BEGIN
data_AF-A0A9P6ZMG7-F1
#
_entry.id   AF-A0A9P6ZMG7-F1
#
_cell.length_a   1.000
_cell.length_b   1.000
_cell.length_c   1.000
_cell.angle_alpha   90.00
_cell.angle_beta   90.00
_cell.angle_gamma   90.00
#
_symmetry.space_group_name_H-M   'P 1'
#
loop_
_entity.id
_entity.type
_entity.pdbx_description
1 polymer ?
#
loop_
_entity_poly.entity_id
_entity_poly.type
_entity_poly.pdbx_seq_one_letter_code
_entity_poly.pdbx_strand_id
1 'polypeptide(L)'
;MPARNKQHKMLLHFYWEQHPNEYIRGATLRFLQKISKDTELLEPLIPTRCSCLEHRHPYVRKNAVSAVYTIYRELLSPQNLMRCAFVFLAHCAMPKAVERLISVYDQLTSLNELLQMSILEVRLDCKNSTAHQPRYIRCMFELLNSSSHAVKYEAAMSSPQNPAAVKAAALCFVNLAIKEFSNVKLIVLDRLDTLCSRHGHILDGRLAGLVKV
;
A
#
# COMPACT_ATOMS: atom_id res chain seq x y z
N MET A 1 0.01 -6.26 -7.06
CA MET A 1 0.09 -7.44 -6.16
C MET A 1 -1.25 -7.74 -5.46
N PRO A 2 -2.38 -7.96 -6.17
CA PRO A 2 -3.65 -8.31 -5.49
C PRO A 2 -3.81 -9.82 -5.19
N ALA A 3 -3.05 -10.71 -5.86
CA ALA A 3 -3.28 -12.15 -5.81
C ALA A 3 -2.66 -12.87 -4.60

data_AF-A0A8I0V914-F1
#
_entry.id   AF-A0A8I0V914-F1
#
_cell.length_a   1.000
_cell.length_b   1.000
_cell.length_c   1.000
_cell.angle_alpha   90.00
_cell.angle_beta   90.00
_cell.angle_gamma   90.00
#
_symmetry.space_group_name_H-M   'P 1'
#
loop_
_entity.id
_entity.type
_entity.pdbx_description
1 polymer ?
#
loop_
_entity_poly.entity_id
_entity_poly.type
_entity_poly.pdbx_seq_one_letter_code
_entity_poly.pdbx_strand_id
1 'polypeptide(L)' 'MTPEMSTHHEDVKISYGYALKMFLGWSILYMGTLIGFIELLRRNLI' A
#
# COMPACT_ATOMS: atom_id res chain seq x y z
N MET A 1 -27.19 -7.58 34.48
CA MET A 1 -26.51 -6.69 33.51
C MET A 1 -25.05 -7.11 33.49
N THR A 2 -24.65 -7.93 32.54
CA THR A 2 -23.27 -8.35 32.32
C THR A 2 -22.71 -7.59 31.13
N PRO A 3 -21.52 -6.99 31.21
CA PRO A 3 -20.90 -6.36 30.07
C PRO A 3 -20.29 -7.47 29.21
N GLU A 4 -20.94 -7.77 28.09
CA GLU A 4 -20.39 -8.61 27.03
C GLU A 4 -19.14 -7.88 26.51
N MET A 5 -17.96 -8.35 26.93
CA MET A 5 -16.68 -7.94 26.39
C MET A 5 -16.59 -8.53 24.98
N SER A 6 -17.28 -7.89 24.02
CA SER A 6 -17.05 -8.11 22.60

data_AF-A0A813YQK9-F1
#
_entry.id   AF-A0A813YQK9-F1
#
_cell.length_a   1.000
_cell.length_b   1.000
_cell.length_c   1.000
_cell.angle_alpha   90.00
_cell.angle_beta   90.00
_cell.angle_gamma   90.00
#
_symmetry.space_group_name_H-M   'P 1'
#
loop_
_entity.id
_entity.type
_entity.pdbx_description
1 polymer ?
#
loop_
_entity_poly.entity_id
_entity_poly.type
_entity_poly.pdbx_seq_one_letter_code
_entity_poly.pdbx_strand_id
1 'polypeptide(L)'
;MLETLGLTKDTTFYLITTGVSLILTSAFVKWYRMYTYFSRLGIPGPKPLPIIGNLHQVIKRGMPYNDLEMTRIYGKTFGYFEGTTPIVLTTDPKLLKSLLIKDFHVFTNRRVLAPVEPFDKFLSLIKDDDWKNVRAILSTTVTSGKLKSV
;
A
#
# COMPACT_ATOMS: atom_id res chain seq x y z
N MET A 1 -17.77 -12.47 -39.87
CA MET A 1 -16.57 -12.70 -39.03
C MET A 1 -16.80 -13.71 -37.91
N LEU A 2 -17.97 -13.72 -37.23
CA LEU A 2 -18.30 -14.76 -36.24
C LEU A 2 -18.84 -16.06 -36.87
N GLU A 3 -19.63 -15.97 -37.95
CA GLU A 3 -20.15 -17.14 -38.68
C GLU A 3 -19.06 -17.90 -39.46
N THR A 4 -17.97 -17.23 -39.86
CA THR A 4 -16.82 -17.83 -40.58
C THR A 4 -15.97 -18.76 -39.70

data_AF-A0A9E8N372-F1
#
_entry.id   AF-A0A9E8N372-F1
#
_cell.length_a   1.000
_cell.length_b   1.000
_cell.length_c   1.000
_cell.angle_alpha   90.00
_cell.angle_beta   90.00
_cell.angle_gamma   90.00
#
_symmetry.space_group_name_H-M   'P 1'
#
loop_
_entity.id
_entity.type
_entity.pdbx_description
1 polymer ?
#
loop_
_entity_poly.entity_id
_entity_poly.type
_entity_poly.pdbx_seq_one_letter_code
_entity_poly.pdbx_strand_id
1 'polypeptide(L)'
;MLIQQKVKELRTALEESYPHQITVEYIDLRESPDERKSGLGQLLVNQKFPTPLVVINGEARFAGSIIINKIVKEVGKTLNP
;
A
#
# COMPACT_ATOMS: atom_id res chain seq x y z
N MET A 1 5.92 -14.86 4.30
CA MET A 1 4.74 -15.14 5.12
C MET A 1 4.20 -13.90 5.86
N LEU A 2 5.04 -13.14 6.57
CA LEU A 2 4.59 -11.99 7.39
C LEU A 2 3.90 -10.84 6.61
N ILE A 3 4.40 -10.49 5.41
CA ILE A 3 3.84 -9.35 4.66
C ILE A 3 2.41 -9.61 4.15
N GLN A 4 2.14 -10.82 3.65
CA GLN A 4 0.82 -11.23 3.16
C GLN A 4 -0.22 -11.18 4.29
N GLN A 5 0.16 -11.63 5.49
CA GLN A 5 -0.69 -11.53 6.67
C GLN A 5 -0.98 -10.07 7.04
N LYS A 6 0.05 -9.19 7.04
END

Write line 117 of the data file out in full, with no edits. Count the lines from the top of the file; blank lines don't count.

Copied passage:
N LEU A 2 -17.97 -13.72 -37.23